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Looking Back at The Challenger Disaster

Tuesday, January 28, 1986, dawned bright, clear, and unusually cold in Cape Canaveral, Florida. This morning would see the 25th launch of a National Aeronautics and Space Administration (NASA) space shuttle. And while that often excited certain scientists and space enthusiasts, today was different: the STS-51-L mission was the first to carry a civilian. Teacher Christa McAuliffe would accompany the astronauts to conduct educational lessons from space. Tens of thousands of US schoolchildren tuned in to watch the Challenger launch and witnessed tragedy unfold as the craft broke apart only 73 seconds after lift-off, killing all aboard. But how had we gotten here? And what did this disaster mean for the future of NASA and space exploration?

The Space Race Begins

NASA was created in response to the USSR’s launch of the Sputnik satellite in 1957; an extension of Cold War policies, the democratic United States was in competition with the communist USSR for world and space dominance. In April of 1961, Soviet citizen Yuri Gagarin became the first person to enter outer space, again beating the United States for that honor. Less than a month later, Alan Shepard became the first American on a similar journey. As the two superpowers engaged in both arms and space races, a new goal came into sight: the race to the moon.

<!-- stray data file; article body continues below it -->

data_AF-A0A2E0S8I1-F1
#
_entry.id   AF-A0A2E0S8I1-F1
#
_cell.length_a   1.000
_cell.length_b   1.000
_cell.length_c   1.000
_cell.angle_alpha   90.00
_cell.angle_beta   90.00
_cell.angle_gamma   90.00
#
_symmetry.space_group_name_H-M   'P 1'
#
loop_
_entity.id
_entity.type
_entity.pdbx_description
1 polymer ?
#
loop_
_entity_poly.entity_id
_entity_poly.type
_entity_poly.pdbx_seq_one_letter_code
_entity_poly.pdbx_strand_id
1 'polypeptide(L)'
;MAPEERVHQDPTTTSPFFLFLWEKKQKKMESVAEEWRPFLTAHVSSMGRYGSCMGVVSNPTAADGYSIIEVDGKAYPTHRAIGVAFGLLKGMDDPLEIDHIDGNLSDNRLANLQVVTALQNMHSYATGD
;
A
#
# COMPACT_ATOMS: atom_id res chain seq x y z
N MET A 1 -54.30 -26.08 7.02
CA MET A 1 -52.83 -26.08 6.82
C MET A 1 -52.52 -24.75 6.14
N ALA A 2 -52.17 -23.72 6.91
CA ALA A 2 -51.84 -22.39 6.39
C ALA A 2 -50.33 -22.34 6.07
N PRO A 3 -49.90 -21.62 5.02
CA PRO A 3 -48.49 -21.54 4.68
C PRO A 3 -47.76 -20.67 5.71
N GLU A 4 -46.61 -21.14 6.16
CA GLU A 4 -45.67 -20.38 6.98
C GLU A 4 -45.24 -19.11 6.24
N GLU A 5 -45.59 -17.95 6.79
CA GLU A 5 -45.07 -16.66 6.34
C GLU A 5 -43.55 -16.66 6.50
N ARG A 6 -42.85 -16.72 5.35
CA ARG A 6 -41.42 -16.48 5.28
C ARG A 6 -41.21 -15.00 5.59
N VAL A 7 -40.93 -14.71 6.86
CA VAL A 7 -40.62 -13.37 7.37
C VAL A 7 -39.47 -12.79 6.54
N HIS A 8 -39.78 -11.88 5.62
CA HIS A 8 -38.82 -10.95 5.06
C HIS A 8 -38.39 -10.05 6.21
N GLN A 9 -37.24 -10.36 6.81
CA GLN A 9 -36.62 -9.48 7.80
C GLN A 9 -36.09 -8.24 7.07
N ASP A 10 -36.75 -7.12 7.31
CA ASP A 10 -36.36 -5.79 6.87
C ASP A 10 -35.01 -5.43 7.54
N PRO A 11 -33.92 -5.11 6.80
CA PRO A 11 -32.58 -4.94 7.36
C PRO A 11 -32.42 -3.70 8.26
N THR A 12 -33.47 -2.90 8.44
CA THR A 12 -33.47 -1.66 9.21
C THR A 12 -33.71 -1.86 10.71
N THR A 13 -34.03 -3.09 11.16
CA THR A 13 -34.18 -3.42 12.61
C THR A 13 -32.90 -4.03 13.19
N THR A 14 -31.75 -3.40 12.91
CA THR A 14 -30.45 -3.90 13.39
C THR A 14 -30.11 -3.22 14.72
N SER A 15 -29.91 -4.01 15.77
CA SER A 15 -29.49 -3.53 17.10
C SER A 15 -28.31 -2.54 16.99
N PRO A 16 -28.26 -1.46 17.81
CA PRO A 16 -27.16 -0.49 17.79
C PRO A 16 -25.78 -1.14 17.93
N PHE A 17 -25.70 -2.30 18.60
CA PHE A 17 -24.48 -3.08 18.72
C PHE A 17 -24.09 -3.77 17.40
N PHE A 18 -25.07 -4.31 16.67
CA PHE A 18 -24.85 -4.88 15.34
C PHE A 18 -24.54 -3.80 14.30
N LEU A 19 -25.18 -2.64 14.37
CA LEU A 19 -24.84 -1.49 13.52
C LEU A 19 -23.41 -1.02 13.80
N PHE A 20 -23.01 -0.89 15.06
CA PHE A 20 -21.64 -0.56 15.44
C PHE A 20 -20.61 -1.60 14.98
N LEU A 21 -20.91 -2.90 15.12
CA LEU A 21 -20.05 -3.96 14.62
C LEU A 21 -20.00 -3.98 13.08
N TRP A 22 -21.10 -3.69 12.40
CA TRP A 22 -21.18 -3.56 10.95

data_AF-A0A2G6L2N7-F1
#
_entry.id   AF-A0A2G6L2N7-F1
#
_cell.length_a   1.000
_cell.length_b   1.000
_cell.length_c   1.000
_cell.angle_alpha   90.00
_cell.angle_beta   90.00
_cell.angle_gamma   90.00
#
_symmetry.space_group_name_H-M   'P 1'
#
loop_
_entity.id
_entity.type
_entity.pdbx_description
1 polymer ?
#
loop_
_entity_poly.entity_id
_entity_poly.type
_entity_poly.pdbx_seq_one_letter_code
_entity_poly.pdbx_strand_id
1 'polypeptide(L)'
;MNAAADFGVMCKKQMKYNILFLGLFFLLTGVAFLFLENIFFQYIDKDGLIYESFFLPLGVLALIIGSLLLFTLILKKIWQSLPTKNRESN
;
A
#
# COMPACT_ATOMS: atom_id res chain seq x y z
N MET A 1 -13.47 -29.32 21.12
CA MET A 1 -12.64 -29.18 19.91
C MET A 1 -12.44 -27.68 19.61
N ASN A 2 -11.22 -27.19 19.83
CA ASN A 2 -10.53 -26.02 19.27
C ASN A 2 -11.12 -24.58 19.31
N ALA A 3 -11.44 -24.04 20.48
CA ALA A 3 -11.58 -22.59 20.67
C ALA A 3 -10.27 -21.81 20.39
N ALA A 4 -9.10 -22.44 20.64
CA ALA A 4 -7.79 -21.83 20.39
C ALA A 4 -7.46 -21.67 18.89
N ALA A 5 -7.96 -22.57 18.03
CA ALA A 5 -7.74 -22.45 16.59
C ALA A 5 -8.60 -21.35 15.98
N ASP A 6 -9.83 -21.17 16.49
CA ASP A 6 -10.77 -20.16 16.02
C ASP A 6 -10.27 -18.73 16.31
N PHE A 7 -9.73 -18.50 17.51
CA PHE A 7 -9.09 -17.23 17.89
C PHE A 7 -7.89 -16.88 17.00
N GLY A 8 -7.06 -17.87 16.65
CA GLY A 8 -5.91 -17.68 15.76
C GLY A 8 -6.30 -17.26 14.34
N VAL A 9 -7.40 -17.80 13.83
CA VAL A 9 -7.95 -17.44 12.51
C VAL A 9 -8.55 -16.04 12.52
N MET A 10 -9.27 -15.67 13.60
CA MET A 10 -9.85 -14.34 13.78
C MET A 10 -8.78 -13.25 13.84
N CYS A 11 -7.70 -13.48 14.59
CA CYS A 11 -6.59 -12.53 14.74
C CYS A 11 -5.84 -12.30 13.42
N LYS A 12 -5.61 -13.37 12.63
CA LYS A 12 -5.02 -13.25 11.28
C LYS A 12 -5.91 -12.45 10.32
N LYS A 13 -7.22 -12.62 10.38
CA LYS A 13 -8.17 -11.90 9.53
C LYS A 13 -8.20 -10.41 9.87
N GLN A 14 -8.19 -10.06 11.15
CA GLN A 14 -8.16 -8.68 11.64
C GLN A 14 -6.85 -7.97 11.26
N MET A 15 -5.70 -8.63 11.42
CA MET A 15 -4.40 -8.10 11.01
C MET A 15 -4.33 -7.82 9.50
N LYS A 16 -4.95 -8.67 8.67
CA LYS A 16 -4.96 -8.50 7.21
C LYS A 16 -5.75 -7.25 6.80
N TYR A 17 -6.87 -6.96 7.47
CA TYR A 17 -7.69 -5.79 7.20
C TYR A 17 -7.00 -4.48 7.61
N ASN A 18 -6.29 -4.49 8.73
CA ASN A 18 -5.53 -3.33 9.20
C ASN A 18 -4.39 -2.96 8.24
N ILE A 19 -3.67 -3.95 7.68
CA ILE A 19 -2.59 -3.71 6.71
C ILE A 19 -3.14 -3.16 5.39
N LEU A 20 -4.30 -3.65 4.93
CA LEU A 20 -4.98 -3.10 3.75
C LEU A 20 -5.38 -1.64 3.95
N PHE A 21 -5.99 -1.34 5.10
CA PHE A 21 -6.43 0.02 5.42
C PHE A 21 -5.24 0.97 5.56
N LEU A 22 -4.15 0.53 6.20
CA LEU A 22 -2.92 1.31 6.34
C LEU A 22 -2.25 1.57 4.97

In 1962, President John F. Kennedy Jr. announced to the world that the United States would place a man on the moon by the end of the decade. Even though Kennedy did not live to see it, Neil Armstrong did exactly that. On July 20, 1969, Armstrong set foot on the lunar surface, saying as he did so, “That’s one small step for [a] man, one giant leap for mankind.” Five other NASA missions visited the moon, taking a total of 18 American men, 12 of whom actually walked upon it. The last was in 1972. To this day, no other country’s citizens have done so.

In the early 1970s, the United States worked with the USSR to create a program whereby all spacecraft from one nation could dock with another’s vehicles. This was known as the Apollo– Soyuz mission, which took place in 1975. After this, there were no more US-crewed space missions for six years.

The Space Shuttle Program

Before the space shuttle program’s launch, NASA vehicles were single-use. Once a capsule had been flown, it could not be sent back up. The space shuttle, on the other hand, was designed to be reusable. The first of which was the space shuttle Columbia, lifting off from Kennedy Space Center in Florida on the 20th anniversary of the Gagarin spaceflight, April 12, 1981. This was a new dawn for space travel, and the United States led the vanguard.

But only five years later, politicians felt public excitement for NASA had grown stagnant. In order to reinspire the American people and encourage STEM education, the Teacher in Space Project was created. Announced by President Ronald Reagan in 1984, more than 11,000 teachers applied. This was narrowed to 114, then to 10, and finally, New Hampshire’s Christa McAuliffe was announced as the winner. Barbara Morgan of California was chosen as her backup.